AUTOMODELER
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New York, United States
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Posted: Monday, October 12, 2015 - 12:30 AM UTC
Gary,
The foiling looks fantastic. Another skill I don't have, and at my age most likely never will.

As for you Iwata issues. I also get a little bubbling when I'm cleaning both my Iwatas from the 1st seam where the nose cone cover screws on to the body, but not when I'm actually shooting paint. The issue is caused by air leaking around and through those threads. To solve that I just apply some Bees Wax chapstick over the threads as a sealant.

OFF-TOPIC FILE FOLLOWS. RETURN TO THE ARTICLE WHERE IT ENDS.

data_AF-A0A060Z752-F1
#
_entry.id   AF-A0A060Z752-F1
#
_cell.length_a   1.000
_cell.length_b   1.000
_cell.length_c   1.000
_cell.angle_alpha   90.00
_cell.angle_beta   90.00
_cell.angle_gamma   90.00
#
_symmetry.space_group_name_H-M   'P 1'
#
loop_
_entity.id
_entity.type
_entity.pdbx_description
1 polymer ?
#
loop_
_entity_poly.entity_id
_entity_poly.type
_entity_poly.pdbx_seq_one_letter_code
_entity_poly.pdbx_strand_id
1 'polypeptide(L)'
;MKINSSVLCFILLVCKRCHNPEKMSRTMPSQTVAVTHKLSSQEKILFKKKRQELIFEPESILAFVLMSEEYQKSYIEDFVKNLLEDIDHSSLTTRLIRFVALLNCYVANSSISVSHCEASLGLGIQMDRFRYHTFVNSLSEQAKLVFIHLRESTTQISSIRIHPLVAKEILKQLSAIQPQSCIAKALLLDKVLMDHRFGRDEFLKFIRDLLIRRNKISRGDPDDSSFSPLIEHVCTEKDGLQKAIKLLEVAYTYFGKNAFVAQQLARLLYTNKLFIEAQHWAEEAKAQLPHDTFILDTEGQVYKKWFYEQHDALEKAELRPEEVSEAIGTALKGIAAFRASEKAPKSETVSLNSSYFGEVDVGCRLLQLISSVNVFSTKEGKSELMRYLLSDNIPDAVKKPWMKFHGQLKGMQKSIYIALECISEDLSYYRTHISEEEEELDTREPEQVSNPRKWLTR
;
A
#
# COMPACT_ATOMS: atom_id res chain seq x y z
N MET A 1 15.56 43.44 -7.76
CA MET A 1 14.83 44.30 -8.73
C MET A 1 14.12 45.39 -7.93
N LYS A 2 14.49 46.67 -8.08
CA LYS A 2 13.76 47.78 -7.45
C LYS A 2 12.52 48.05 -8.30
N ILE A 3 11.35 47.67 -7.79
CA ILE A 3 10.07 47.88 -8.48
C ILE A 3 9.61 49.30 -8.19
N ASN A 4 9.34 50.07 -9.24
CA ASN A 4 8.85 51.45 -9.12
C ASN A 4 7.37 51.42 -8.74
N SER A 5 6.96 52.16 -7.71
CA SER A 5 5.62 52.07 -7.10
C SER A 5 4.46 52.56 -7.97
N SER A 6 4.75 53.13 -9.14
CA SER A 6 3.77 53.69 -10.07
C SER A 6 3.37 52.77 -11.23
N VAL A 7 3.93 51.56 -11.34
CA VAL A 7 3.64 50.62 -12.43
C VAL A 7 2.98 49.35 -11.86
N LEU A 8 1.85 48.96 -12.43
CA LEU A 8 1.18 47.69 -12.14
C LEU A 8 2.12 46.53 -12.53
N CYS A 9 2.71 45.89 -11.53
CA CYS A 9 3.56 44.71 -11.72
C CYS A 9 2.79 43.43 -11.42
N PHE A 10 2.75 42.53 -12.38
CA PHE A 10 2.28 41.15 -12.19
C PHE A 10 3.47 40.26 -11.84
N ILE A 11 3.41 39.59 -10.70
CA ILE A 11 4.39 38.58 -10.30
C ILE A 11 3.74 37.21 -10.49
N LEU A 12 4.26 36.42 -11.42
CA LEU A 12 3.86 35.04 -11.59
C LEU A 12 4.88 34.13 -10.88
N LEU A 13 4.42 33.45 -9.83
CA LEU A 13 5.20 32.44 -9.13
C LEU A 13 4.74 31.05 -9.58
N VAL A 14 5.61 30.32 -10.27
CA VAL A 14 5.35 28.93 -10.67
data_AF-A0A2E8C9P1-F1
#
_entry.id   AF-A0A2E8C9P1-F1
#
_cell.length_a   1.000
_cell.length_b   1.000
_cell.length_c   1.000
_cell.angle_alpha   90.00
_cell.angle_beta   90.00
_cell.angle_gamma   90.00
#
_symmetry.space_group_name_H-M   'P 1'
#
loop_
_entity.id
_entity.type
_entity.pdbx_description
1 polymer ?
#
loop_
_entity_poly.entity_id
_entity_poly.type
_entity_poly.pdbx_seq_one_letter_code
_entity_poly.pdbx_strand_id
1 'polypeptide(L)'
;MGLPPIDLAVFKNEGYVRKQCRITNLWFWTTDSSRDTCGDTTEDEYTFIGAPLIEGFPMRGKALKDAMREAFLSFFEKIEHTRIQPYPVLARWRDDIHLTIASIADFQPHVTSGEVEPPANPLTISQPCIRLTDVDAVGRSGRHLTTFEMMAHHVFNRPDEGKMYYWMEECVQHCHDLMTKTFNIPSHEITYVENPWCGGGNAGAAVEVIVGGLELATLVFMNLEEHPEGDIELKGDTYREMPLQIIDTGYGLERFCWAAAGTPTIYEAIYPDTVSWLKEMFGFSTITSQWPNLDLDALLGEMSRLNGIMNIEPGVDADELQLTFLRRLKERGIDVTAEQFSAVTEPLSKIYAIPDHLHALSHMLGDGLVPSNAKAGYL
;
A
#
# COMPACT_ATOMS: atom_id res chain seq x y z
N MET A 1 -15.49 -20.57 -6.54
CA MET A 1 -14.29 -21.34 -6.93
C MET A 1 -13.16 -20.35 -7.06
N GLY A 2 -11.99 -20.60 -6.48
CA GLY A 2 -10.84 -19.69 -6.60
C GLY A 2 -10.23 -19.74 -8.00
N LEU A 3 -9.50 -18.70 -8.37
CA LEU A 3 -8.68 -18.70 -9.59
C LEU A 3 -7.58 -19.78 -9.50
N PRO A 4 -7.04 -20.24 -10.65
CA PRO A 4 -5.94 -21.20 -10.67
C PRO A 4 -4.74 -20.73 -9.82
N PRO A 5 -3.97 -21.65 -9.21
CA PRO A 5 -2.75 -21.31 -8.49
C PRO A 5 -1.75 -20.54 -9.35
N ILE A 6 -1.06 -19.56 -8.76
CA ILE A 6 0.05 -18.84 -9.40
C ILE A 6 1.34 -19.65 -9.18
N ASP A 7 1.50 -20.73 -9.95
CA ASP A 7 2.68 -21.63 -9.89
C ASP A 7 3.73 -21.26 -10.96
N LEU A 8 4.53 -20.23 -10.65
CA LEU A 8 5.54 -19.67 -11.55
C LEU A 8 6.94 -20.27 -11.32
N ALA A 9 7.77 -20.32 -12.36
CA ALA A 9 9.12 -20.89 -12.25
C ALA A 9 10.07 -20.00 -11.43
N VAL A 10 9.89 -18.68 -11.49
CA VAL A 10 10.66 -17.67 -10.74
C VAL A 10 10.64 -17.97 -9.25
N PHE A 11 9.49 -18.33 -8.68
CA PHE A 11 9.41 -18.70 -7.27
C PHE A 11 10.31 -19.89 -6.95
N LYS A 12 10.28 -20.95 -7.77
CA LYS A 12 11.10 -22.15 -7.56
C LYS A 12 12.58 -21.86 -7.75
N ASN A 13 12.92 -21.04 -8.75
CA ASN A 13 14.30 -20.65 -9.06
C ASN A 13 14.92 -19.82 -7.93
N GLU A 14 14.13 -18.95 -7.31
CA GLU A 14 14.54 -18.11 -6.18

I also had that same issue with the cones. Iwata uses a blue colored sealant that eventually comes off, rather then using some temp sealant, the Bees wax works great, it's dirt cheap, plus you can use it on your chapped lips.

The reason I don't have leakage issues while actually airbrushing is because I'm using low flow psi, and have the paint flow valve mostly closed. When I clean my AB's I really open up the flow valves and up the air pressure some to help with cleaning out the cone and bottom of the cup areas.

I rarely use Lacquer Thinner to clean out my ABs unless I'm shooting lacquer based paints. I always make sure that the tip of the AB is pointing downwards so that no solvents of any kind get to the O rings. I highly doubt that the small amount on the needle as you pull it out has enough on it to cause any issues. Some guys I know actually pull the needle out through the front which requires tearing down way to much of the gun needlessly.